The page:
Leaving no battleground state behind, Mitt Romney sent four of his five sons to begin a rare set of New Hampshire appearances at Windham Junction on Dec. 29, stumping for their father who is currently in Iowa.
Making the brief stop as part of a busy tour were Tagg, Josh, Craig and Matt Romney. Ben wasn’t able to attend as he is currently involved with medical residency training.
It’s been no secret that Romney’s five sons haven’t had anywhere near as active a public role in their father’s 2012 campaign as they did in 2008. During that campaign, they even ran a blog called the “Five Brothers Blog” following their experiences on the campaign trail.
Four years ago the sons helped give the Romneys the look of an all-American family. Intelligent, sports loving, and each with a sense of humor. That sense of humor immediately came into focus as Romney’s eldest son Tagg addressed the Windham crowd.
He brought along his own eldest son Joe, who was wearing a familiar blue-patterned shirt.
“A couple of you have noticed he’s wearing the same shirt that he’s wearing in the family Christmas card photo,” said Tagg Romney. “Your attention to detail is much greater than either mine or his.”
He went on to joke about his own unique name.
“I’m the only one who got stuck with a weird name,” said Tagg Romney. “I was born in 1970 and I think there was strange things going on in the air.”
Josh Romney, who did most of the speaking, didn’t waste any time addressing the notion that he and his brothers have had a lesser role in the 2012 campaign.
“My dad took each of us aside and said ‘you guys are not going to do this time what you did last time,’” said Josh Romney. "(He said) ‘You did too much last time, you’ve got families and careers, you’re going to stay at home and keep doing that.’”
He said that despite his father’s request, they are still in it 100 percent, and that he has actively made an appearance at least once a week somewhere around the country.
But in terms of tackling the social media scene, which has had a more prominent role in this election, the Romney brothers have been less active. Only Tagg and Josh Romney have Twitter accounts, and neither post often.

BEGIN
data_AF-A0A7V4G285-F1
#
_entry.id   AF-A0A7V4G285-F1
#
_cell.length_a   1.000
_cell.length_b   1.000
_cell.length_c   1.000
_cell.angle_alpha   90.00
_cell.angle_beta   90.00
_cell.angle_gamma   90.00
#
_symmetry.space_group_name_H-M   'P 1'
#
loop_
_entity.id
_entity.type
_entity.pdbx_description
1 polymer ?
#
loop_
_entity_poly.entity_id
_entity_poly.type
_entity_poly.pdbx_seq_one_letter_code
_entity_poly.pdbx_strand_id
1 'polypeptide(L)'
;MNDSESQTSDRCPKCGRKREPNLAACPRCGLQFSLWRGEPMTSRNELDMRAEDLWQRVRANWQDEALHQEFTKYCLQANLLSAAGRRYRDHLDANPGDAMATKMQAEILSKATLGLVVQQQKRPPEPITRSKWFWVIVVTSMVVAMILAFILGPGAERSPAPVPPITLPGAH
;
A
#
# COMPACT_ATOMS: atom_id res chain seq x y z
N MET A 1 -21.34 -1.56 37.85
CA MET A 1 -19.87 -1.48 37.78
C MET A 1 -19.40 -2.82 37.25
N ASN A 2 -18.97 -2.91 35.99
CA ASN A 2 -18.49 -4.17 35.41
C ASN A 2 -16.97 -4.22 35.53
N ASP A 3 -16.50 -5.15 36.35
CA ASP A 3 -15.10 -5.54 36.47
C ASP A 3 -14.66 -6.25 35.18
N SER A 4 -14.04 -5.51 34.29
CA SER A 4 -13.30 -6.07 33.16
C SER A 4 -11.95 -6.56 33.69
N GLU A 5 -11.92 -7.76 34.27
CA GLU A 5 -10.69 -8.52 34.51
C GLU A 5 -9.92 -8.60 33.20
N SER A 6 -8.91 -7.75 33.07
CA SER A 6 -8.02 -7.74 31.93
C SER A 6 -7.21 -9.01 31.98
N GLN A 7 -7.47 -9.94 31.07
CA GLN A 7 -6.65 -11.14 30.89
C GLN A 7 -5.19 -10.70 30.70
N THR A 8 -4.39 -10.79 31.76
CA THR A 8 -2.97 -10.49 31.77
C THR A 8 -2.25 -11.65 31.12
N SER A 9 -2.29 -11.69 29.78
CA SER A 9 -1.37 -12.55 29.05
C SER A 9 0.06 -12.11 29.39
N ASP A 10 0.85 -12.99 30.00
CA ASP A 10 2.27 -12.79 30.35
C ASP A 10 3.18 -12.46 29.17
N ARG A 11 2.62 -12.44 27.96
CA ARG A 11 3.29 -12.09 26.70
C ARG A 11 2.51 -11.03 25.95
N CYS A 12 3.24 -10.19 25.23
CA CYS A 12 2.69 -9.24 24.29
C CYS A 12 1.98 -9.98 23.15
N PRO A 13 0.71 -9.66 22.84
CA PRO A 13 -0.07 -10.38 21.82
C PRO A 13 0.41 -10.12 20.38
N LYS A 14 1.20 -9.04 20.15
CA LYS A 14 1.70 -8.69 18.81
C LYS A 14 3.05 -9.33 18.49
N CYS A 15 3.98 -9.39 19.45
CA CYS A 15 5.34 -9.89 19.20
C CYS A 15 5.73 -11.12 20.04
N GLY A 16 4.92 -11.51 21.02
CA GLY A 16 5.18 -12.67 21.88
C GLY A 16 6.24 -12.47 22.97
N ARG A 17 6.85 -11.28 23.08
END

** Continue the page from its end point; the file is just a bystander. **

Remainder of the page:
Meanwhile, fellow candidate Jon Huntsman has allowed his three daughters to step into the limelight in 2012. All three frequently post on a joint Twitter account aptly named “Huntsman Daughters,” joking about their life on the campaign trail.
Huntsman's daughters have tweeted at Tagg Romney from time to time, including a request to tailgate with him before a debate in mid-October.
When asked by Windham GOP Chairman Travis Blais how his mother Ann was holding up health-wise, Josh Romney was quick to say that she has been the “driving force” behind their father’s success. Ann suffers from multiple sclerosis, which has been in remission since 2002.
“That’s really my dad’s number one consideration is my mom,” said Josh Romney. “She’s actually doing very well.”
Josh and his other brothers didn’t enter into too much detail on the political issues, sticking mostly to anecdotes about their upbringing during the brief appearance.
But a Salem, N.H. voter did ask the brothers to talk about how their father will shrink the size of government, to which Tagg Romney responded that the goal will be to bring control back to the people.
“The government’s been taking over more and more control between health care and GM – everything the government’s been taking over in the last several years, it’s gotten out of control,” said Tagg Romney.
Blais, who was involved in hosting the appearance, said that all of the campaigns will start using family members in either Iowa or New Hampshire in this the 11th hour.
“The campaigns are trying to be everywhere at once,” said Blais.
So far it’s been seen not only with children but with spouses. Blais referenced Rick Perry’s wife Anita, . Ann Romney also stopped in Salem that day.
Pam Skinner, who serves on the Windham Planning Board and was recently announced as part of a 250-person group called “New Hampshire Women for Mitt, said that crowds for the family members are very important.
Having family members shows that really the candidate is worth something when people actually come out,” said Skinner.
Blais agreed that while it’s “less box office” than the actual candidate, he thinks it’s actually more interesting when you see a side of them that you haven’t seen.
The four Romney brothers also made a stop at the Barley House in Concord at noon. They will be back at the campaign headquarters in Manchester for a 5:45 p.m. appearance.